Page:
The characterization is the strongest element of this story. Although it is a fairly short piece he manages to develop three characters enough to make the drama that unfolds work. As a science fiction story it is a bit thin. As usual Martin is interested in his characters, all the other elements are in service of that.

The story can be read for free here.

Amaryllis - Carrie Vaughn

This story is a Lightspeed original. It was also the first one to be nominated for the Hugo Awards in 2011. The award would eventually go to Mary Robinette Kowal's story For Want of a Nail. The story also has a post-apocalyptic feel to it, but more in line with 21st century science fiction, the collapse is an ecological crisis rather than a nuclear one. It's been reprinted a number of times in various best of and post-apocalyptic anthologies.

The main character is the captain of a fishing boat, run by a small group of people she considers family. Their catch is very strictly regulated to prevent overfishing and having children requires permission to prevent unsustainable population growth. She gets into trouble when one of the officials fixes his scales to repeatedly put her over the limit.

I'm not entirely sure why this story has gotten as much attention as it has. The background is good, although regulating catch is much harder than the story makes it out to be  - ask anyone fishing in the North Sea these days - but the plot is just weak. The main character struggles with the selfishness of her mother, who conceived her without permission and ruined her family in the process. She doesn't really dare take action.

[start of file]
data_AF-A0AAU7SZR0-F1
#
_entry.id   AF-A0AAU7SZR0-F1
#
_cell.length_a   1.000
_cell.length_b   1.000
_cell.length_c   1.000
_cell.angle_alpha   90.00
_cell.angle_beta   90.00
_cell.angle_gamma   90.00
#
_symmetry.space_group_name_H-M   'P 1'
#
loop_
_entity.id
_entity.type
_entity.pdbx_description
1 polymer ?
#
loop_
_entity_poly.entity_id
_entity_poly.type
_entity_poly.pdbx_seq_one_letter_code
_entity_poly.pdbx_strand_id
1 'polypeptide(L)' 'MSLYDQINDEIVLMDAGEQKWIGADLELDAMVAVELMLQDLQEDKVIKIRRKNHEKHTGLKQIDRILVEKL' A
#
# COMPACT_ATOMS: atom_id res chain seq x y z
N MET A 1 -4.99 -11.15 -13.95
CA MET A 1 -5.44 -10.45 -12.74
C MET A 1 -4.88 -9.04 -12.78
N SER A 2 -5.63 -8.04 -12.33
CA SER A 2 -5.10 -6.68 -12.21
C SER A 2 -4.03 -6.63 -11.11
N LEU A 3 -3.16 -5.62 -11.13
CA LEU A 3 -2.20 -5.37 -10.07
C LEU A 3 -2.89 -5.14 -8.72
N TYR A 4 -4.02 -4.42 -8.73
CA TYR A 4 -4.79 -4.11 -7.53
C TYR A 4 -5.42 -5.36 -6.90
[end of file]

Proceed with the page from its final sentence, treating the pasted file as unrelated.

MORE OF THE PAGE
The resolution of the conflict relies on one of her crew members doing the obvious. The motivation of this character to do so is not entirely clear, one could say she just can't stand the unfairness of it, but the cynic would say it is because she really wants to have a baby. All of this is followed by a happy ending. I liked Vaughn's vision of the future but the story itself is just mediocre and the main character passive. Not the best story in this batch for sure.

The story can be read for free here.

More Than the Sum of His Parts - Joe Haldeman

This one is another reprint. The story originally appeared in Playboy in May 1985. It was nominated for a Nebula Award. I have never read anything by Haldeman before, but from what I have read a lot of his fiction is influenced by his experiences during the Vietnam War. This influence is not all that obvious in this particular story however. At least not to me. Maybe someone who has read more of his work will see it differently.